Every time you say 'yes' it's a 'no' somewhere else

It’s almost second nature to respond to most offers with a resounding, "Yes". We’re meant to seize the day and make the most of our time on earth, and we live in a social media culture that can cause even the most stoic to have a fear of missing out.


The way we ask questions encourages us to say yes now and not later – "While stocks last", "This is almost sold-out", "What are you waiting for?" This plays on the brain’s relationship with scarcity – we’re hard-wired to go after things which might become scarce in the future.

We frame our inquiries, seeking that affirmative response: "Would you fancy another cup of coffee?", "Do you want to join me for dinner?", "Can you lend a hand with my move next week?", "Would it be alright if I asked you something personal?" , "Is your affection for me genuine?" This societal pressure to default to "Yes," often leaves us feeling somewhat stuck, weighed down by guilt, or frustrated.

Yet, amidst of all the "Yes's," "No" emerges as a powerful word when we find the courage to use it.

While it's still crucial to know what we genuinely want to say "Yes" to, it's equally, if not more important, to recognise when to assert a firm "No." The key is understanding what truly matters to us. 'Yes' and 'No' both have their place and significance, but they can lead to vastly different outcomes.

Responding with a "Yes" when we mean "No" can lead to feelings of resentment, frustration, confusion, and dissatisfaction. So, how do we navigate this intricate web of responses?

How to figure out the right answer 

The initial step in figuring out the right answer is engaging in some introspection and determining what truly matters to us. This can be as simple as taking a moment to slow down, paying attention to our physical sensations, and allowing them to unfold without interference. As we relax and tune into our inner wisdom, we can pose questions about different aspects of our lives and observe our body's response. Does it fill us with energy and enthusiasm, or does it leave us feeling depleted and drained? One of these reactions corresponds to "Yes," and the other aligns with "No" in response to the question. Generally, the response that ignites the most vitality within us is the one that resonates most with our core values. It's just a matter of recognising this response and, in turn, the answer.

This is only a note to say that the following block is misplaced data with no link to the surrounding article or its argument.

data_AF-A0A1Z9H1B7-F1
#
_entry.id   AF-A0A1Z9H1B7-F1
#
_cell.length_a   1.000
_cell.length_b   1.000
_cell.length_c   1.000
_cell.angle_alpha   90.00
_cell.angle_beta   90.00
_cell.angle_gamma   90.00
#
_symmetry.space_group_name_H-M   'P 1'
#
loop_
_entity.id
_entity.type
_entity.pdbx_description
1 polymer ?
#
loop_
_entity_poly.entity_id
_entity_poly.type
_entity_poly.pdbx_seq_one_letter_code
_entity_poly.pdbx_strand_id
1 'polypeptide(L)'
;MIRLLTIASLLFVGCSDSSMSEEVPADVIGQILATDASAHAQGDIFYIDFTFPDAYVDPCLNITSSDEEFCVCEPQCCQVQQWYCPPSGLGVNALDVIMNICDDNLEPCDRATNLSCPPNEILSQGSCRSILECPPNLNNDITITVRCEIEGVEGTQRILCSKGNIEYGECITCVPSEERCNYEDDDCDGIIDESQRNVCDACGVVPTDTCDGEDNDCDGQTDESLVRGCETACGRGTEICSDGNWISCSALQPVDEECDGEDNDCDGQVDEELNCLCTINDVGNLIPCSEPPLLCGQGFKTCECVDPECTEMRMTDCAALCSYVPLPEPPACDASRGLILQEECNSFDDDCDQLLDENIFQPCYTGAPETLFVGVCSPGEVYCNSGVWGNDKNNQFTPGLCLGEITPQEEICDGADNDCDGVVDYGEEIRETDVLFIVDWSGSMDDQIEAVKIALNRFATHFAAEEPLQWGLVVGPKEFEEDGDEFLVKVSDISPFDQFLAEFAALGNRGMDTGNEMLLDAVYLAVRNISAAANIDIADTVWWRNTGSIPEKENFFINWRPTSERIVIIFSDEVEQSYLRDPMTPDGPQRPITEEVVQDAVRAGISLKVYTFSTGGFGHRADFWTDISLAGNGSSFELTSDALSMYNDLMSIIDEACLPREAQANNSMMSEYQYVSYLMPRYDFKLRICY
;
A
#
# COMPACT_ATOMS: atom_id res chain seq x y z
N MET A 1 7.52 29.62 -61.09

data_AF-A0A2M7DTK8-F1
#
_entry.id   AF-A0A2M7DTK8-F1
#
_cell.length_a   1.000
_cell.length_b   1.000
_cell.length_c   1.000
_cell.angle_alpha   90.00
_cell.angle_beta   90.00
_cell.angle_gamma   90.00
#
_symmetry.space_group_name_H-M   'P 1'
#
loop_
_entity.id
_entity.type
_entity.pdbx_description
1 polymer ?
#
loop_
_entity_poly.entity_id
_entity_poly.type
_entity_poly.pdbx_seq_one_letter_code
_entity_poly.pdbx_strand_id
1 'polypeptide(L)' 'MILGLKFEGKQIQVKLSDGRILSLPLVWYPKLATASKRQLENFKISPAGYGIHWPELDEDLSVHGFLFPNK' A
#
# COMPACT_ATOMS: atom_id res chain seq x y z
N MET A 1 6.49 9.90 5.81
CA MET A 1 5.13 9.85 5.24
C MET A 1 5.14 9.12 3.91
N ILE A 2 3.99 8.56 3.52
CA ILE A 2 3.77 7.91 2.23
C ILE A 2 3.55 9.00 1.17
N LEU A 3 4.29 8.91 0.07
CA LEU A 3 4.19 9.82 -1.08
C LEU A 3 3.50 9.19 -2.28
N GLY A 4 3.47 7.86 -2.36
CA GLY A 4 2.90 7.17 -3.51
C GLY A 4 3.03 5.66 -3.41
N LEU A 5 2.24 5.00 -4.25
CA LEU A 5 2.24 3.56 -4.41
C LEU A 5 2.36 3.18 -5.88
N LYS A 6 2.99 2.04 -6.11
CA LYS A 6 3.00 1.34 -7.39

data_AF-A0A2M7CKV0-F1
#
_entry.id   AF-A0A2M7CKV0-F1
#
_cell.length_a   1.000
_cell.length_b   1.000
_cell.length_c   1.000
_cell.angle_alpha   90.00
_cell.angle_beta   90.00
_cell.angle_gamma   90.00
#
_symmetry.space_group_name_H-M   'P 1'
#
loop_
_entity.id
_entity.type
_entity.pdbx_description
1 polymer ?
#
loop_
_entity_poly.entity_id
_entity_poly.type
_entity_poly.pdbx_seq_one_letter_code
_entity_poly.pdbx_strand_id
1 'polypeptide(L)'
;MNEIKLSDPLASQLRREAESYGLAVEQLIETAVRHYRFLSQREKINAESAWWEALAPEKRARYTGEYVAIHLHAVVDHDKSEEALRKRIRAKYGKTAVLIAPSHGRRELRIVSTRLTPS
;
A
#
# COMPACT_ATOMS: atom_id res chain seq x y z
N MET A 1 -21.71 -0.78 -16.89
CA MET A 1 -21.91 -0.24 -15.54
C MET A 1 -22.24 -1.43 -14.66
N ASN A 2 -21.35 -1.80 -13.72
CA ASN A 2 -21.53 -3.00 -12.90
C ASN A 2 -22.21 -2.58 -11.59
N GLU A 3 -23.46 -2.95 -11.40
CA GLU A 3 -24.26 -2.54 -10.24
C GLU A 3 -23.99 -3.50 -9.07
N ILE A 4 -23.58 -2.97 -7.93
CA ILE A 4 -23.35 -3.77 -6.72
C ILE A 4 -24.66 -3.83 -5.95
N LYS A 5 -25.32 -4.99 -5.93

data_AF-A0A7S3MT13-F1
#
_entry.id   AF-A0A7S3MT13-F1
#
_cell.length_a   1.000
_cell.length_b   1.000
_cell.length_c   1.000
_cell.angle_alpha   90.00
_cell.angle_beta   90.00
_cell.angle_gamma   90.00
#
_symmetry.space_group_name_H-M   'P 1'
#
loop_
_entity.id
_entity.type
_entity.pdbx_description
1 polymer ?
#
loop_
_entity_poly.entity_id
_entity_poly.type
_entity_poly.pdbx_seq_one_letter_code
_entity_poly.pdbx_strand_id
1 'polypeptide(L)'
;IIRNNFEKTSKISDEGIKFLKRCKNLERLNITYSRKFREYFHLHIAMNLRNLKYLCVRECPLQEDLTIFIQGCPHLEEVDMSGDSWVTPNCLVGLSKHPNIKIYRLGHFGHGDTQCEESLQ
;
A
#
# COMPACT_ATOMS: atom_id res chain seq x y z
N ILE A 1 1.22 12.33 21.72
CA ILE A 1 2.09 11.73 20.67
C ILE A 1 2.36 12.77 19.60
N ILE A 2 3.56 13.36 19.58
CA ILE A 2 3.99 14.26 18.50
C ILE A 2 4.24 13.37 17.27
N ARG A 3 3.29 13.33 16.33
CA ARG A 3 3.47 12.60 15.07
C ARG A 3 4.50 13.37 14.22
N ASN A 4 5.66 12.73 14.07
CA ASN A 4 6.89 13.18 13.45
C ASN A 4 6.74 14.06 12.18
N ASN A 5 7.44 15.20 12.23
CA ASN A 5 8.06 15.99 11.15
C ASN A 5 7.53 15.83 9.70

Putting it into practice

Armed with our list of "Yes" and "No" choices, the next challenge is how to put this newfound knowledge into practice. It may sound easier in theory than in practice, but it boils down to a simple principle: honesty. Are we willing to be honest, first with ourselves and then with others? This initial step can be the most challenging, yet it's also the most liberating.

Start by experimenting with the "No" response in less significant situations. Perhaps it could be as straightforward as responding to a question like, "Would you like more coffee?" Observe the contentment and fulfilment that comes with expressing an honest response or simply saying the word "No." Find those moments where you can confidently apply this response, empowering yourself in the process. Notice how your body and spirit come to life as you experiment with new questions and opportunities.

Once you're comfortable with the basics, the more challenging part comes into play: how to retract a previously given "Yes." Though it might be uncomfortable, the technique remains the same – honesty. When you communicate honestly, remember to convey your message with patience, compassion, and understanding. Understand that you are essentially amending a prior communication. Avoid allowing guilt or shame to colour your message. Clearly express your decision and the realisation leading to the change in response.

With openness and candour, we can all communicate from the depths of our hearts, revealing what is genuinely a "Yes" and what is unequivocally a "No." Over time, this process becomes more natural, and the need for self-correction diminishes.

The views expressed in this article are those of the author. All articles published on Life Coach Directory are reviewed by our editorial team.

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London SW1V & NW1
Written by Rebecca Cockayne, BA. (Oxon), MSc, GDL | Delphi Coaching
London SW1V & NW1

Bex is a coach who loves journeys. She's done a lot and has been on many internal and external ones. She loves to help people long their path too.


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